Mindfulness, from having a Beginners Mind to Showing Gratitude
In this mindfulness feature, Christine Beekman focuses on staying in the present, a beginner’s mindset, and also showing gratitude and gratefulness. As part of this, she also highlighted mindfulness exercises that you can do to help develop these skills and traits.
There’s always a gift in suffering there always is and it’s to look for that. It’s the same in our relationships when somebody dies, we often go looking for the person in the past “I want this person back” or “I want this experience back”. Of course, we don’t get that but what you do get is the gift the person left behind. That is the experience that we had with them that is in our memories.
Christine gave an example of her own father taking her outside to look at the stars as a child and how she even now still has a love for little lights. When he passed away she went looking in the past. Then she realised she has gotten it all wrong, all we need to do is just sit there and be mindful and feel that experience. She found within herself that feeling when she was looking at the stars as a kid. That is their legacy, that is their gift and you can tap into that whenever you want.
So if you’ve ever lost someone look for that gift that you’ll always get to draw on. Be prepared to accept your feelings of grief and sadness.
Practicing Mindfulness by Staying in the Present
If you’re on a trip somewhere rather than thinking about the destination, think about the journey. We miss the precious moments in relationships because we’re already moving ahead of where they are now.
Focus on the present moment and reflect on the quality of it. Ask yourself the following questions:
- How does it compare with thinking about the past or the future?
- What effect does focusing on the here and now have on your thoughts and emotions?
- We tend to react to situations with an attitude of the grass is always greener on the other side. Our next experience or where we are heading will be better.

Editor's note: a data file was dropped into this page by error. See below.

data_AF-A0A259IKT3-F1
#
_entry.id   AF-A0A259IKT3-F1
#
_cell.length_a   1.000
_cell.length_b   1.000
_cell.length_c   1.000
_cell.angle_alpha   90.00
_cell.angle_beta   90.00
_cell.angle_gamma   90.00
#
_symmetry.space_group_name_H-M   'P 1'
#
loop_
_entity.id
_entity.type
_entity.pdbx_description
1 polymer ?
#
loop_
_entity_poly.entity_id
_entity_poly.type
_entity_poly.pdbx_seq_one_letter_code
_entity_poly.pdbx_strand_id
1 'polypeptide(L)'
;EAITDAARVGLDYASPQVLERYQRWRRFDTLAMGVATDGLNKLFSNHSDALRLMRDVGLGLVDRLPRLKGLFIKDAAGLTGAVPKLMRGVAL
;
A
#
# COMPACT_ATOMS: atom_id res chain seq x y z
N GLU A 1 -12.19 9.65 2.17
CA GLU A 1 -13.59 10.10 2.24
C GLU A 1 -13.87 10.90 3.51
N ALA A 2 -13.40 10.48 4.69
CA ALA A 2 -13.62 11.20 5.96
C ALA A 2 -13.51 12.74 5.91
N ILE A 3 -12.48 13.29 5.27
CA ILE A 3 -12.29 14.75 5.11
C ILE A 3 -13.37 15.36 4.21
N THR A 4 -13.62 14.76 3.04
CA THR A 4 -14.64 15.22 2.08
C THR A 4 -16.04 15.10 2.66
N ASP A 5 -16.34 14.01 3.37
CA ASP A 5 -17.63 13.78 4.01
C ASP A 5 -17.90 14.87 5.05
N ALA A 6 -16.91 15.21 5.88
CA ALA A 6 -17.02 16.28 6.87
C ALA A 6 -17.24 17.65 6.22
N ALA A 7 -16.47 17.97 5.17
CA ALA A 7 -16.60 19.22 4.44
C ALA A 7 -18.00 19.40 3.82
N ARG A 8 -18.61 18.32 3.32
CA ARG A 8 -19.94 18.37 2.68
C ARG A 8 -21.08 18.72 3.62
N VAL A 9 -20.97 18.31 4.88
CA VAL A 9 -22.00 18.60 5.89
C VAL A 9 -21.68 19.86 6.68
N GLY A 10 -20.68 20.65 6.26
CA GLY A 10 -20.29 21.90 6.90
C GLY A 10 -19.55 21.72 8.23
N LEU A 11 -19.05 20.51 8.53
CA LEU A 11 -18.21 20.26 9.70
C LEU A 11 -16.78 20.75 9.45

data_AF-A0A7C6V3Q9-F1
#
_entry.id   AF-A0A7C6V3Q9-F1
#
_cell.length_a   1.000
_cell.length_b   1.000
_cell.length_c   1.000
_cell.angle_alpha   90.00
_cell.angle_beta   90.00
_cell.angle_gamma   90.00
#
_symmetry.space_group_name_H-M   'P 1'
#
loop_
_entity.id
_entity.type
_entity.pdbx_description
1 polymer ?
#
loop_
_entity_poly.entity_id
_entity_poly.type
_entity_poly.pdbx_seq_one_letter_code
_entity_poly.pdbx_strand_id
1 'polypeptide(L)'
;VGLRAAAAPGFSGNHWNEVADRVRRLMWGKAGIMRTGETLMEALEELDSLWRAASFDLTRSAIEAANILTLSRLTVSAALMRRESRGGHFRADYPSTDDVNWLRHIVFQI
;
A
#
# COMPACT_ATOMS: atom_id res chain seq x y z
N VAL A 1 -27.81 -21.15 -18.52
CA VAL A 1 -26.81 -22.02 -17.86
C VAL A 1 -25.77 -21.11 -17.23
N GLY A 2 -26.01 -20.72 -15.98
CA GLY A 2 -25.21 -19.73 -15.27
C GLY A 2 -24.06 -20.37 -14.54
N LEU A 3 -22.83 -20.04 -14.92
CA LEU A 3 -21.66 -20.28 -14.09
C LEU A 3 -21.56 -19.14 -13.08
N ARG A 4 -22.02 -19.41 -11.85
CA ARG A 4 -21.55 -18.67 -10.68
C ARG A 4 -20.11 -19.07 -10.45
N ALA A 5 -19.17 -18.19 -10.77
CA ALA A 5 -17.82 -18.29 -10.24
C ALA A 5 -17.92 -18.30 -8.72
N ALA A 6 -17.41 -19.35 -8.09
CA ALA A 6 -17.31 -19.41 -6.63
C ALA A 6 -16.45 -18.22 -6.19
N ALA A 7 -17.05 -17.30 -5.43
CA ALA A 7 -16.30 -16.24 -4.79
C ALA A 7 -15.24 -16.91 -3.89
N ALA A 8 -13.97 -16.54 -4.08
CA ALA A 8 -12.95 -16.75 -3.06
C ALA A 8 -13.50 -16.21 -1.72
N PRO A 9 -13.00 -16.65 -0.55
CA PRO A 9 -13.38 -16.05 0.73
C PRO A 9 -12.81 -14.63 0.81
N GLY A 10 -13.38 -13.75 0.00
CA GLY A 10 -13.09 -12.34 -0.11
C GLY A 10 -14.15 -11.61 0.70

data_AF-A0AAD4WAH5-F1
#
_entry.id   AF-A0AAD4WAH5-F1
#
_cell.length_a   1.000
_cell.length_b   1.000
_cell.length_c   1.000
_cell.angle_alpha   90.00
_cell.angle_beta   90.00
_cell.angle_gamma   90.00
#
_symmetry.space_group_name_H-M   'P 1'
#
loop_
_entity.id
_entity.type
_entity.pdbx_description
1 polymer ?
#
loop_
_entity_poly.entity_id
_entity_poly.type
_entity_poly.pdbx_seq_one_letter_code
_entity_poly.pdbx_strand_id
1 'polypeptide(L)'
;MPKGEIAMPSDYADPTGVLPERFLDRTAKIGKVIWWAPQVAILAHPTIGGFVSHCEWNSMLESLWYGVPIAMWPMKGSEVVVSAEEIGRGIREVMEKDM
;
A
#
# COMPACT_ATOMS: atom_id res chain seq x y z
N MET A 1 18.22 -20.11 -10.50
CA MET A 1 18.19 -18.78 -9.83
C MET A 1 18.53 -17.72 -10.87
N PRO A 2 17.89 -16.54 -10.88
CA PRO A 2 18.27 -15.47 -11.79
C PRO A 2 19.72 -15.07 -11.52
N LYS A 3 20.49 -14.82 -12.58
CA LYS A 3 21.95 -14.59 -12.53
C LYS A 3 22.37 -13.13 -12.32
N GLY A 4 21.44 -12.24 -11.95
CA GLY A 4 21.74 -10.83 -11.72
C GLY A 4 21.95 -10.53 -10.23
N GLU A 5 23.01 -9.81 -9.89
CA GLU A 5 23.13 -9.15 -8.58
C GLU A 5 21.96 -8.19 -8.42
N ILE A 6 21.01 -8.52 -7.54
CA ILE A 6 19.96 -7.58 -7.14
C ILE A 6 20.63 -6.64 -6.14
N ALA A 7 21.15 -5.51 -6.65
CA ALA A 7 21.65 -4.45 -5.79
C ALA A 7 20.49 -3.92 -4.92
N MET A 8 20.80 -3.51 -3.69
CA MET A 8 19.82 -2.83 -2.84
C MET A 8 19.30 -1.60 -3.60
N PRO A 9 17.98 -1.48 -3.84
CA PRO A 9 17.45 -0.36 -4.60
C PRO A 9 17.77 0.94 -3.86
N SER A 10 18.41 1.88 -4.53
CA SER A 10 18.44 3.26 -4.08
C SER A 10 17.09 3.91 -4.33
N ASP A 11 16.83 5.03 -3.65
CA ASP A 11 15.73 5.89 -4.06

When it comes to experiences we tend to react as follows:
Grasping: Attachment to pleasant experiences -> holding on to, fear of loss
Aversion to unpleasant experiences: pushing away what we do not want -> stress each time there is a bad experience
We have a tendency to be in autopilot and this can result in us missing out on the wonder of being alive. That’s why it is important to practice staying present and being non-striving . With experiences, we often have to put labels on them of good and bad so that we can categorise them. Next time you are doing a mundane task, try observing and describing as you complete the task. It could be washing the dishes, making dinner, etc. Notice when your mind begins to make a judgment. Do not get caught up in the judgment or the fact that you’ve made one. Just notice that your mind is judging and let the judgment go.
Continue to check for judgment, then you’ll start to begin to notice when you judge what you observe. Notice the feeling. This way you start to work on being more in the here and now.
Sometimes in our relationships, we already think we know what the other person is going to do because we are already in the game of pressing buttons (if I do this then they will do that). We are skipping a few steps to where we need to be. There is no need to be an expert, sometimes our knowledge can get in the way. If we take a look at things from a beginner’s point of view (especially what perspective of that big lie) then maybe there is another option.
That is the magic of maybe, when something happens we already have that scenario running in our mind (I’ll always be a failure). Says who?? Where is the evidence that that is true? It can also happen when good things happen and that big lie can lead to self-sabotage. Statements with “always” “totally” “never” when they come up you know it’s time to use, MAYBE.
Having Gratitude and Gratefulness
This is the greatest of all emotions that can be cultivated. It has a unique relationship with wellbeing. In this situation, we are aware of what we have rather than of what we don’t. It’s important to note though that it is developed by repeated effort. It is a feeling of thankfulness, wonder, and appreciation for life. It is a way to focus on happiness, positive emotions, satisfaction with life and relationships as a cure for envy and disillusionment.
Having gratitude helps to positively reinforce and remind you of:
- The key people in your life
- Your strengths and natural talents
- The road already traveled
- It also acts as a reminder of the wonders of the world such as miracles of nature i.e. how mighty oaks grow
One small little daily mindfulness exercise you can do is have a gratitude journal and in it write three things I am grateful for.
Another thing you can do daily to generate positive emotions is this quick and simple exercise:
Breathing in, I calm my body and mind
Breathing out, I smile
Dwelling in the present moment
I know this is the only moment
There are also some useful mindfulness and gratitude techniques that you can try. Ask yourself:
What is good in my life today?
What went well today?
What part did I play in making good things happen?